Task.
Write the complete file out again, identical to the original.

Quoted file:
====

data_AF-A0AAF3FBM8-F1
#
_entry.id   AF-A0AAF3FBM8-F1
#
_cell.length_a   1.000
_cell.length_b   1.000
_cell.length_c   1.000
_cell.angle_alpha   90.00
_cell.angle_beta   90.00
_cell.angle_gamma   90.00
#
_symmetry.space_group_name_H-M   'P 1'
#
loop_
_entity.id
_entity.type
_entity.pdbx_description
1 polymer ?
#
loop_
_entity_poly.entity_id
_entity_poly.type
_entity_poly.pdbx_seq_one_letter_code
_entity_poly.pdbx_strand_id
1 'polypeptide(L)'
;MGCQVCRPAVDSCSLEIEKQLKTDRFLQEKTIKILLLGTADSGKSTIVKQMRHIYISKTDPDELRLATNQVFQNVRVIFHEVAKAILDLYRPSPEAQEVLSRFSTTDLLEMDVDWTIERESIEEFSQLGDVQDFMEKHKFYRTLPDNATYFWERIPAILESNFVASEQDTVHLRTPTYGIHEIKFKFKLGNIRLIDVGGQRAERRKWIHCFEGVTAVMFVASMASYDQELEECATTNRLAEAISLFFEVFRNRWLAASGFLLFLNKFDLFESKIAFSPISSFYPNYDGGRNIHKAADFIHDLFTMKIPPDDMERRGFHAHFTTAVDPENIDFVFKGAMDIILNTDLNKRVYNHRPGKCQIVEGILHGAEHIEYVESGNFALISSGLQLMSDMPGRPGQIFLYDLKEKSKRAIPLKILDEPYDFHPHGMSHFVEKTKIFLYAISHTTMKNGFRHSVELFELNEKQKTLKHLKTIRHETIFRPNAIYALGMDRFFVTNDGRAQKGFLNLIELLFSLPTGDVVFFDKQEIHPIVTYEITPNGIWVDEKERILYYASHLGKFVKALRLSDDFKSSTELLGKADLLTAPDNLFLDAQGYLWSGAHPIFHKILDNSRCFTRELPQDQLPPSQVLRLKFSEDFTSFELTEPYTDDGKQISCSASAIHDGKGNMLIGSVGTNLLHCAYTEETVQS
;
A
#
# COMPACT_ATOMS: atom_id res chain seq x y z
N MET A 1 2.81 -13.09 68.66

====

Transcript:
data_AF-A0AAF3FBM8-F1
#
_entry.id   AF-A0AAF3FBM8-F1
#
_cell.length_a   1.000
_cell.length_b   1.000
_cell.length_c   1.000
_cell.angle_alpha   90.00
_cell.angle_beta   90.00
_cell.angle_gamma   90.00
#
_symmetry.space_group_name_H-M   'P 1'
#
loop_
_entity.id
_entity.type
_entity.pdbx_description
1 polymer ?
#
loop_
_entity_poly.entity_id
_entity_poly.type
_entity_poly.pdbx_seq_one_letter_code
_entity_poly.pdbx_strand_id
1 'polypeptide(L)'
;MGCQVCRPAVDSCSLEIEKQLKTDRFLQEKTIKILLLGTADSGKSTIVKQMRHIYISKTDPDELRLATNQVFQNVRVIFHEVAKAILDLYRPSPEAQEVLSRFSTTDLLEMDVDWTIERESIEEFSQLGDVQDFMEKHKFYRTLPDNATYFWERIPAILESNFVASEQDTVHLRTPTYGIHEIKFKFKLGNIRLIDVGGQRAERRKWIHCFEGVTAVMFVASMASYDQELEECATTNRLAEAISLFFEVFRNRWLAASGFLLFLNKFDLFESKIAFSPISSFYPNYDGGRNIHKAADFIHDLFTMKIPPDDMERRGFHAHFTTAVDPENIDFVFKGAMDIILNTDLNKRVYNHRPGKCQIVEGILHGAEHIEYVESGNFALISSGLQLMSDMPGRPGQIFLYDLKEKSKRAIPLKILDEPYDFHPHGMSHFVEKTKIFLYAISHTTMKNGFRHSVELFELNEKQKTLKHLKTIRHETIFRPNAIYALGMDRFFVTNDGRAQKGFLNLIELLFSLPTGDVVFFDKQEIHPIVTYEITPNGIWVDEKERILYYASHLGKFVKALRLSDDFKSSTELLGKADLLTAPDNLFLDAQGYLWSGAHPIFHKILDNSRCFTRELPQDQLPPSQVLRLKFSEDFTSFELTEPYTDDGKQISCSASAIHDGKGNMLIGSVGTNLLHCAYTEETVQS
;
A
#
# COMPACT_ATOMS: atom_id res chain seq x y z
N MET A 1 2.81 -13.09 68.66